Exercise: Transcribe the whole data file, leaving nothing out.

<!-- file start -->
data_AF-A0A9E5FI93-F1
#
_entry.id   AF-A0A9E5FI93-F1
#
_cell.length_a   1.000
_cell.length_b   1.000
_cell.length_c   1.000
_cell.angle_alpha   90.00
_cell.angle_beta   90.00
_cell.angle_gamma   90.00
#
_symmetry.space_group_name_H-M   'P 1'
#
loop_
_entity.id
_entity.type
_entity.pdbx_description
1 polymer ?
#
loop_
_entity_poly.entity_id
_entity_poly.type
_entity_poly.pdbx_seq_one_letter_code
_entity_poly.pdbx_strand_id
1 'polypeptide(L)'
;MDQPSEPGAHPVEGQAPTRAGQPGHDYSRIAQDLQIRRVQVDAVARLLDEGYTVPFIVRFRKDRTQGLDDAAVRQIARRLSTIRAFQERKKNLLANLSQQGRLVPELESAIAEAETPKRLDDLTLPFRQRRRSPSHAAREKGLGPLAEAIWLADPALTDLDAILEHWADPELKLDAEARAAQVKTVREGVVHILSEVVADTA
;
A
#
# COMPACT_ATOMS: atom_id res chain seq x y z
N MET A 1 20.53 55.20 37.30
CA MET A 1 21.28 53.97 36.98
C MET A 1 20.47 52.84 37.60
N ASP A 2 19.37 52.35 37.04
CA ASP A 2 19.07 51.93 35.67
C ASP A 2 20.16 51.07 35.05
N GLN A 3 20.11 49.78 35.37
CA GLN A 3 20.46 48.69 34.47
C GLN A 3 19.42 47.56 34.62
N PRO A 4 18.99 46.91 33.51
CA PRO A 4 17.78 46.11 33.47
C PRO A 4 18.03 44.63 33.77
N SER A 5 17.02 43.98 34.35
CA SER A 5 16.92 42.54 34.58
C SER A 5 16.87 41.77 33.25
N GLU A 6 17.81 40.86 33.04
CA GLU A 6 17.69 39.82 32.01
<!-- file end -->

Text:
data_AF-A0A9E5FI93-F1
#
_entry.id   AF-A0A9E5FI93-F1
#
_cell.length_a   1.000
_cell.length_b   1.000
_cell.length_c   1.000
_cell.angle_alpha   90.00
_cell.angle_beta   90.00
_cell.angle_gamma   90.00
#
_symmetry.space_group_name_H-M   'P 1'
#
loop_
_entity.id
_entity.type
_entity.pdbx_description
1 polymer ?
#
loop_
_entity_poly.entity_id
_entity_poly.type
_entity_poly.pdbx_seq_one_letter_code
_entity_poly.pdbx_strand_id
1 'polypeptide(L)'
;MDQPSEPGAHPVEGQAPTRAGQPGHDYSRIAQDLQIRRVQVDAVARLLDEGYTVPFIVRFRKDRTQGLDDAAVRQIARRLSTIRAFQERKKNLLANLSQQGRLVPELESAIAEAETPKRLDDLTLPFRQRRRSPSHAAREKGLGPLAEAIWLADPALTDLDAILEHWADPELKLDAEARAAQVKTVREGVVHILSEVVADTA
;
A
#
# COMPACT_ATOMS: atom_id res chain seq x y z
N MET A 1 20.53 55.20 37.30
CA MET A 1 21.28 53.97 36.98
C MET A 1 20.47 52.84 37.60
N ASP A 2 19.37 52.35 37.04
CA ASP A 2 19.07 51.93 35.67
C ASP A 2 20.16 51.07 35.05
N GLN A 3 20.11 49.78 35.37
CA GLN A 3 20.46 48.69 34.47
C GLN A 3 19.42 47.56 34.62
N PRO A 4 18.99 46.91 33.51
CA PRO A 4 17.78 46.11 33.47
C PRO A 4 18.03 44.63 33.77
N SER A 5 17.02 43.98 34.35
CA SER A 5 16.92 42.54 34.58
C SER A 5 16.87 41.77 33.25
N GLU A 6 17.81 40.86 33.04
CA GLU A 6 17.69 39.82 32.01